Maya Nut Reforestation

Maya Nut Reforestation


Maya Nut is an NGO that seeks to find balance between people, forests, and food. While they do not run a reforestation program directly, they do work closely with communities to reforest degraded lands throughout Latin America. The mission of the program is to conserve the Maya nut tree, Brosimum alicastrum, by planting trees and teaching rural and indigenous women to harvest and process the seed for food and income.

Goals & Approach

The program's goals are for the restoration of Maya nut forest and its use in households to help reduce food scarcity and increase the income of local peoples from the sale of Maya nut and Maya nut byproducts (nutritional supplements, coffee substitutes, pancake and drink mixes, flour, etc). The program encourages the planting of Maya nut in silvopastoral systems because of the high protein content of the forage that the tree produces.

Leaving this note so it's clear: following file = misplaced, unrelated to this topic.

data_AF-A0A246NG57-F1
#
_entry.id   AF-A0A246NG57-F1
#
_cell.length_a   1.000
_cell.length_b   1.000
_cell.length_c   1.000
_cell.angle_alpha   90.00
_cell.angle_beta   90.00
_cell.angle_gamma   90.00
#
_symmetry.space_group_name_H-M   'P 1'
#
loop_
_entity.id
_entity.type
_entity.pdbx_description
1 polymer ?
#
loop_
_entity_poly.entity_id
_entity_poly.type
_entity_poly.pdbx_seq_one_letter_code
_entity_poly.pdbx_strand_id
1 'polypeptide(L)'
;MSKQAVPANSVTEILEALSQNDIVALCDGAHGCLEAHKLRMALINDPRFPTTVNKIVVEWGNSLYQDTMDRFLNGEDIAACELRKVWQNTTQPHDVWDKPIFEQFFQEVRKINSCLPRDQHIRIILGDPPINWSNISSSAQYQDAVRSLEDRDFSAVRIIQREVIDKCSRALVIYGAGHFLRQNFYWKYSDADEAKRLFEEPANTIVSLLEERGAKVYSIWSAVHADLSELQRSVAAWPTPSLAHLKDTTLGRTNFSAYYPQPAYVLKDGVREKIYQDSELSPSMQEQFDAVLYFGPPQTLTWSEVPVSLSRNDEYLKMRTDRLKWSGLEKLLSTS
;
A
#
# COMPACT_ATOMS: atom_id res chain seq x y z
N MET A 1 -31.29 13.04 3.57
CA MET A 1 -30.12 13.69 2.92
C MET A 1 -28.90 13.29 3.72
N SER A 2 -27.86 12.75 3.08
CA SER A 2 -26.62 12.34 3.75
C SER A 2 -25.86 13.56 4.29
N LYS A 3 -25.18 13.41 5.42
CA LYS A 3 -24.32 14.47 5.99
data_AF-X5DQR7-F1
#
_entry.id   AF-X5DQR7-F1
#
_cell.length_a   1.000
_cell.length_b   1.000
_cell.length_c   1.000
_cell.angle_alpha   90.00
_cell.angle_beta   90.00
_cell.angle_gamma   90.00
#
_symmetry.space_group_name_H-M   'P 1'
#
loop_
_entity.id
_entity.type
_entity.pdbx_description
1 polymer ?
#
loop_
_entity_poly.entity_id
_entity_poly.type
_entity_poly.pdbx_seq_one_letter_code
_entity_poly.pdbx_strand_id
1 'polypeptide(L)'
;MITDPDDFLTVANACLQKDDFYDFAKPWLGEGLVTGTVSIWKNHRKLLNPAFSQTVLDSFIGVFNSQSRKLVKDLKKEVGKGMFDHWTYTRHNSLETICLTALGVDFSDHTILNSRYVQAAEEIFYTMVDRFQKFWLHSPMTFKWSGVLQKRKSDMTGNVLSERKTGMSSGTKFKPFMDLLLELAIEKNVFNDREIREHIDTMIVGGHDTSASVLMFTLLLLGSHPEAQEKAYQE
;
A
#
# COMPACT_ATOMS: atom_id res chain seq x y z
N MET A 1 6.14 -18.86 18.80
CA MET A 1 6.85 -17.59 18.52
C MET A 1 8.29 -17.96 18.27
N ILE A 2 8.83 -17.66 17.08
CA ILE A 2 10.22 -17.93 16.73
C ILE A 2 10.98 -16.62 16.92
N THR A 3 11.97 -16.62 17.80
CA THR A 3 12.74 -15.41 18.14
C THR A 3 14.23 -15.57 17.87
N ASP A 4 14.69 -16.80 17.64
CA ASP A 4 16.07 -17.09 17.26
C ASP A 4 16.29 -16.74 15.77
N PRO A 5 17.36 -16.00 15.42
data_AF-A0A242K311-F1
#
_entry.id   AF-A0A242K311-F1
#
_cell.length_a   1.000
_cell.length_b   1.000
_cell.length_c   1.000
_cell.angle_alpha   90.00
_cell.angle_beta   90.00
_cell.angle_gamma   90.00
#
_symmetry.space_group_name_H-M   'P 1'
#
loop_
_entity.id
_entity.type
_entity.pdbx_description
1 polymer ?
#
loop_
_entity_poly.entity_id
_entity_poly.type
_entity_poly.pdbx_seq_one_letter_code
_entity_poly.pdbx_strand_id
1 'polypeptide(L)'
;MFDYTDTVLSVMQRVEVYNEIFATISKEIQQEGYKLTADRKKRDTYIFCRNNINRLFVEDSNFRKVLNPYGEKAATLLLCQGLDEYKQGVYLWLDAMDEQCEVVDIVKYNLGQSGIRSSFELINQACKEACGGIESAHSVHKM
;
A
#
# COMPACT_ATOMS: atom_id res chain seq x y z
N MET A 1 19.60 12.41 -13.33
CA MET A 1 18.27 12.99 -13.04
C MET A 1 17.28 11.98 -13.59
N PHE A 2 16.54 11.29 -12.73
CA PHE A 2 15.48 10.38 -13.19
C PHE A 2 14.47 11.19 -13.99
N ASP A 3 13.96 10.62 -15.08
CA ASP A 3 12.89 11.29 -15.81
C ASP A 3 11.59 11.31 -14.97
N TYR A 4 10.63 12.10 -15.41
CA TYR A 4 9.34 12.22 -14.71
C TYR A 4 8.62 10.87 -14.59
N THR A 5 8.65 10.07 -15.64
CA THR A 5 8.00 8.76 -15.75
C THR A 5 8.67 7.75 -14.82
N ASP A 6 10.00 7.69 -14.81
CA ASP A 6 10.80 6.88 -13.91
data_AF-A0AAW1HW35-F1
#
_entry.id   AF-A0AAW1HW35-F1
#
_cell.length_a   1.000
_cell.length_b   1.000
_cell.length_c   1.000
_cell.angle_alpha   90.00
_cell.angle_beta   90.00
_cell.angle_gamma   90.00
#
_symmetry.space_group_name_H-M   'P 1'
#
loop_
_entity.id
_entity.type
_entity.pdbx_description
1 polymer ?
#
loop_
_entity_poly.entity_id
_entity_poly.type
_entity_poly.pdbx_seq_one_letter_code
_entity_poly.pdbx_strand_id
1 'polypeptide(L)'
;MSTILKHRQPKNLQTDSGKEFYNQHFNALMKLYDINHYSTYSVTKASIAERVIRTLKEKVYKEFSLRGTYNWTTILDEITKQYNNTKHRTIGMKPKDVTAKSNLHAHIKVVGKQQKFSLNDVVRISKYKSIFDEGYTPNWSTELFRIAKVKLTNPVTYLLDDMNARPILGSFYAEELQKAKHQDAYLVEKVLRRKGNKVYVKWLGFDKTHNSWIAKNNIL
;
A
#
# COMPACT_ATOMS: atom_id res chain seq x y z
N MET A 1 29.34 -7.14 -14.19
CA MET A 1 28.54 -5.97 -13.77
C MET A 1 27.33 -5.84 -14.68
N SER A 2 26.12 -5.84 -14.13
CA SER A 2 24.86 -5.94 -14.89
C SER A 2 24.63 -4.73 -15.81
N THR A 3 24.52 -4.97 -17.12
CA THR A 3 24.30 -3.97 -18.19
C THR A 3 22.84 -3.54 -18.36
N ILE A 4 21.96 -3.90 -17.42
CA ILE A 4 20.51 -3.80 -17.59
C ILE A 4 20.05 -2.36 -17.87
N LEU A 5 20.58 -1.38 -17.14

Reported Takeaways

Since the project began in 2001,15,000 women from 900 communities have been trained, over 1.5 million trees planted, and 22 women’s Maya nut producer groups established. Future plans include increasing the impact of the project, generating more interest from the government of Guatemala, getting the Maya nut approved by the world food program for school lunches and food aid, and expanding the program to the parts of South America where the Maya nut is also native. So far, projects have been conducted in Bolivia, Colombia, Peru, El Salvador, Guatemala, Haiti, Honduras, Mexico, and Nicaragua.



Maya Nut Institute. n.d. "Reforestation For Future Maya Nut Harvests" Accessed: June 2020